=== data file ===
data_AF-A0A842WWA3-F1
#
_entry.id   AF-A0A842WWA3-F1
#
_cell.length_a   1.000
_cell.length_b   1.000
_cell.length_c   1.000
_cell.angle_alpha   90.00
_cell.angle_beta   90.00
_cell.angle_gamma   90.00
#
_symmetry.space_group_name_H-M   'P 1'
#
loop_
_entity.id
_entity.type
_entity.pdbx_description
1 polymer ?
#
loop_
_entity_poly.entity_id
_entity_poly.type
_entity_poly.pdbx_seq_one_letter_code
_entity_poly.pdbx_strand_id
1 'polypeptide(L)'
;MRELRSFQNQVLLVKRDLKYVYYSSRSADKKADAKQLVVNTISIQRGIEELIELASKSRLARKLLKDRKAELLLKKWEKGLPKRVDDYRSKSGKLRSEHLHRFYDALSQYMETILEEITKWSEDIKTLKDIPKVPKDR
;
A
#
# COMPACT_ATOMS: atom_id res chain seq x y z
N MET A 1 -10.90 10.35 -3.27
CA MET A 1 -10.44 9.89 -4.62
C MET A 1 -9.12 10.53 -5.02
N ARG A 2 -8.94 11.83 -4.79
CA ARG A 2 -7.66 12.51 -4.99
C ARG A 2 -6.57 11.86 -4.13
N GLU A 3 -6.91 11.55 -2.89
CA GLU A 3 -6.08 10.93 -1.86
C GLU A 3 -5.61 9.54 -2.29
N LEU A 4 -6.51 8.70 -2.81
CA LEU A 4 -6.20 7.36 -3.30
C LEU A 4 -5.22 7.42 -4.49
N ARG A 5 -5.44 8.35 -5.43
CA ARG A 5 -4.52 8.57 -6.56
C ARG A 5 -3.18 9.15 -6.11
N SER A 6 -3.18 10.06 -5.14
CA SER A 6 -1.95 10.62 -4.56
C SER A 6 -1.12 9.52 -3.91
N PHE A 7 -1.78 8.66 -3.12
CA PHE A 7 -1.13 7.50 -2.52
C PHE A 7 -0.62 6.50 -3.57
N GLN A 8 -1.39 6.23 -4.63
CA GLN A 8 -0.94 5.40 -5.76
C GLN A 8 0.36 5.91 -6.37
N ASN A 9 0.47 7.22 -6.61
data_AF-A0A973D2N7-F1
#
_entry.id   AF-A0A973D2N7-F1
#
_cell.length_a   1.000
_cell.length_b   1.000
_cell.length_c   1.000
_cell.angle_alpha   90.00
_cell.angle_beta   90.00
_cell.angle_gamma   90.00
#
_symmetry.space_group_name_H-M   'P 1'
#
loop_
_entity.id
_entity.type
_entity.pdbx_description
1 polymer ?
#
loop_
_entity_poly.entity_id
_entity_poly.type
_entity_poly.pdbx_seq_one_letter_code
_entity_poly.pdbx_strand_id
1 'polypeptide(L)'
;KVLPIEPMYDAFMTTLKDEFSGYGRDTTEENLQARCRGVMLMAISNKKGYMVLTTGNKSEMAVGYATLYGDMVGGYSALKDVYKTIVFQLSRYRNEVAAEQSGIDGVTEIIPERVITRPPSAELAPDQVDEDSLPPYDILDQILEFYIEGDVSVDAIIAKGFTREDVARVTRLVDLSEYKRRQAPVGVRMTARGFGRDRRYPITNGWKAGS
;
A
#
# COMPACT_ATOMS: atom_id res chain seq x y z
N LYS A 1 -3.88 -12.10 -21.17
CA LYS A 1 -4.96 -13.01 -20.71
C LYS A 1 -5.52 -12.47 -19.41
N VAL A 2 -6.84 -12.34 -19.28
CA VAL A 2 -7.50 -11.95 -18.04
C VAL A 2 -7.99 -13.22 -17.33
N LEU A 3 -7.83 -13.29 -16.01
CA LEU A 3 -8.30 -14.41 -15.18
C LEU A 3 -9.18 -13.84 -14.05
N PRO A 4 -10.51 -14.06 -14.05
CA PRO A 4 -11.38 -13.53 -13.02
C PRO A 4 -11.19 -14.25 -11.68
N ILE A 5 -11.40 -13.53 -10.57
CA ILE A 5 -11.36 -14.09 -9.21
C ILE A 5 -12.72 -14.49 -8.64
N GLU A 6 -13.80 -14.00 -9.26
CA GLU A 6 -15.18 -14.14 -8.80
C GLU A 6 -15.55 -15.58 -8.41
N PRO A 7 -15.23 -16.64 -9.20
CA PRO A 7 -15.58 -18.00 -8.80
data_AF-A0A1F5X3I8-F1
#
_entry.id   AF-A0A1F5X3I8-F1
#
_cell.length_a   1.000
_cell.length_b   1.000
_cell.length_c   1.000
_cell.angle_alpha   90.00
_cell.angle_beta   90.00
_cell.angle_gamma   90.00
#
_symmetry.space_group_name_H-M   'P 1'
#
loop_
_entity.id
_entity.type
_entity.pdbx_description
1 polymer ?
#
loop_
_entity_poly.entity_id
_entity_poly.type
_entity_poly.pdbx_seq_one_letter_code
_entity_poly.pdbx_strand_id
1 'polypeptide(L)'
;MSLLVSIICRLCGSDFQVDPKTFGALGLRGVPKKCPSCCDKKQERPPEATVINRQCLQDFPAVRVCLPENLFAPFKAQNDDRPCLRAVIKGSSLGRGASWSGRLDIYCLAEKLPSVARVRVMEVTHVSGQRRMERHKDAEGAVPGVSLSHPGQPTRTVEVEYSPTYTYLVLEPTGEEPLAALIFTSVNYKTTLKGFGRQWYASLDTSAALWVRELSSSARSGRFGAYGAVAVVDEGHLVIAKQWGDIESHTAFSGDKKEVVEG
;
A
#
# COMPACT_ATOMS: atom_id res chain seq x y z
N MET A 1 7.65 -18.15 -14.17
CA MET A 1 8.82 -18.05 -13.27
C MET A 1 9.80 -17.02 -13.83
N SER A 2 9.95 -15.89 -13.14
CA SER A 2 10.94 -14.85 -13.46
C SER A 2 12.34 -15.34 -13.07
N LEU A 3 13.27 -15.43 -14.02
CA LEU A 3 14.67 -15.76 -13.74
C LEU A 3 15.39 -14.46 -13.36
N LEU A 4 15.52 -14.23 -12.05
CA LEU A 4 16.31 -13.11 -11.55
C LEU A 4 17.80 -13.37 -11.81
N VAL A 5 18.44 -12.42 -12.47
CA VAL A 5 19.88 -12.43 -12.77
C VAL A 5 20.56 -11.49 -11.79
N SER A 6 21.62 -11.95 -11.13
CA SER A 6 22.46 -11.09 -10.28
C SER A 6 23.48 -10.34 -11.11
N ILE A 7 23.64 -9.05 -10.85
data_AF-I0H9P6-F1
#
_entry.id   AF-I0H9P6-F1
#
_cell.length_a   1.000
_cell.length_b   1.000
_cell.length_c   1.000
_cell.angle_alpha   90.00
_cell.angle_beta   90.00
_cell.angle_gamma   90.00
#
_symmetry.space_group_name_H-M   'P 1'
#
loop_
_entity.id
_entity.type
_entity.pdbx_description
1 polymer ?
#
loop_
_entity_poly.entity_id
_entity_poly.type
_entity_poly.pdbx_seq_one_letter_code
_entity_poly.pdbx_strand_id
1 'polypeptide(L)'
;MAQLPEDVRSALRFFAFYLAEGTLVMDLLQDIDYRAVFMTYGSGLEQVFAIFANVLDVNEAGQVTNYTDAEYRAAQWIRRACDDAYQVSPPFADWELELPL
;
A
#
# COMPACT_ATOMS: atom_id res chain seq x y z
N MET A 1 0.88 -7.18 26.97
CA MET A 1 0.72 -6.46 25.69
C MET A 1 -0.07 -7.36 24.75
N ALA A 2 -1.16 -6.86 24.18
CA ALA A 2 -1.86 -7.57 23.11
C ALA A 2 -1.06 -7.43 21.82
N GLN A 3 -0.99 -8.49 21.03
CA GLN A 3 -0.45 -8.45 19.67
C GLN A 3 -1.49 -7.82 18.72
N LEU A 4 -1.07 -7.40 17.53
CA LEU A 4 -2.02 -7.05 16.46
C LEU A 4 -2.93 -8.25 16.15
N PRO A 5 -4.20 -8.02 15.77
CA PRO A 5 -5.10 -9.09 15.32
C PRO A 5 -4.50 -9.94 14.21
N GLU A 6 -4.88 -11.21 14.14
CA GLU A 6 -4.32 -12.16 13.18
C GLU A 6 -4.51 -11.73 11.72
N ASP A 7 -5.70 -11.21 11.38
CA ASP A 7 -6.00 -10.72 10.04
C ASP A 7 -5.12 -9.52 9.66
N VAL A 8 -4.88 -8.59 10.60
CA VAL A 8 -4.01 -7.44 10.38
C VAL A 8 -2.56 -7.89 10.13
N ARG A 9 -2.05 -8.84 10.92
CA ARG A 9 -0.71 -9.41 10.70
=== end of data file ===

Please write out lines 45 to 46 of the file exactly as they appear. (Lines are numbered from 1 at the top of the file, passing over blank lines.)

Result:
C ARG A 5 -3.18 9.15 -6.11
N SER A 6 -3.18 10.06 -5.14